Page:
Weekly Blog: Price Rebounds, Supply Dynamics & Weekly Analysis

·     LME Copper prices closed positively at $9930, rebounding from a one-week low. Dovish hints from the Fed and a weaker-than expected US jobs report pressured the dollar, impacting the purchasing power of key consumers.

·     Still, the metal was set to book losses last week, momentarily halting the rally that took prices to a two-year high above $10,000 on last Monday as markets assessed the extent of threats to supply and bullish long-term demand.

·       Chinese copper producers are looking to export around 100,000 metric tons of metal, the highest amount in 12 years, in an effort to dampen a surge in prices that has impacted their order books.

·    The global refined copper market anticipates a surplus of 162,000 tons, according to the International Copper Study Group (ICSG).

·       Grupo Mexico’s Southern Copper forecasts a production exceeding 1 million tons of copper by 2027.

·   Goldman Sachs raised its year-end copper target to $12,000 per ton from $10,000, citing increasing scarcity and a projected larger deficit in the market.

·    Copper inventory on the Shanghai Futures Exchange (SHFE) witnessed an inflow of 842 metric tons this week, warehouse total stocks to 288,340 metric tons, compared to 137,095 metric tons during the same period last year.


At the start of the week, Copper may find support as investors return after Labor Day, with Chinese stocks rising alongside global markets. Softer US jobs data suggests a potential for the Federal Reserve to cut interest rates twice this year, while domestic Caixin data indicates strong private sector growth in China for April.

Throughout the week, China has seen a surge in copper exports to a two-year high, driven by smelters seizing the opportunity of rising global prices. Despite typically being a net importer, China’s decision to ship out refined copper is attributed to low treatment fees and sluggish local demand, leading to challenges for smelters. This dynamic could potentially exert upward pressure on copper prices.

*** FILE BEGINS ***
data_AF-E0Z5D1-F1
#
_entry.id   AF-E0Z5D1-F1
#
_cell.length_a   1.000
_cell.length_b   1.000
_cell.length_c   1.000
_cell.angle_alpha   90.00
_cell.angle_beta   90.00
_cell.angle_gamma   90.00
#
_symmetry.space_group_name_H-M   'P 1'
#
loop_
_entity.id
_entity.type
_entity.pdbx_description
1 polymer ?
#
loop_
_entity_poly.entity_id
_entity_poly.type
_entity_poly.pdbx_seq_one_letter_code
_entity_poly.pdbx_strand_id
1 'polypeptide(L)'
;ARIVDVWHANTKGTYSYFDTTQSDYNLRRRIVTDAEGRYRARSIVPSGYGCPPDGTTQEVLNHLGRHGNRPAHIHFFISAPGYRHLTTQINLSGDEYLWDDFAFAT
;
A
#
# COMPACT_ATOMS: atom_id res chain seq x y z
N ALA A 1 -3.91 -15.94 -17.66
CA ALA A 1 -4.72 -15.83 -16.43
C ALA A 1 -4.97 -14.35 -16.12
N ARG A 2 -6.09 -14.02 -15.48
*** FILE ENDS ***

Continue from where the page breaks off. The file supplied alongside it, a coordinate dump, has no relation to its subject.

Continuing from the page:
This week is relatively quiet in the US, with only the Michigan consumer confidence index and speeches by Fed officials worth attention. Additionally, China will be in focus with foreign trade, inflation rates, and new loan data.

Long positions in copper surged by 7%, reaching 95,360 lots, the highest level since data collection began. Similarly, bearish positions saw a slight 2% increase during the reported week.  The bull-bear ratio for copper stands at 2.40, indicating a significant bullish dominance in the market for the metal.

On the weekly chart, copper is encountering resistance at Rs. 875 per Kg., which coincides with a key Fibonacci level. A breach below Rs. 843 per Kg. could trigger some downward pressure. Key resistance zones are identified at Rs. 875 – 888 per Kg., while support levels are positioned at Rs. 843 & Rs. 820 per Kg on MCX.

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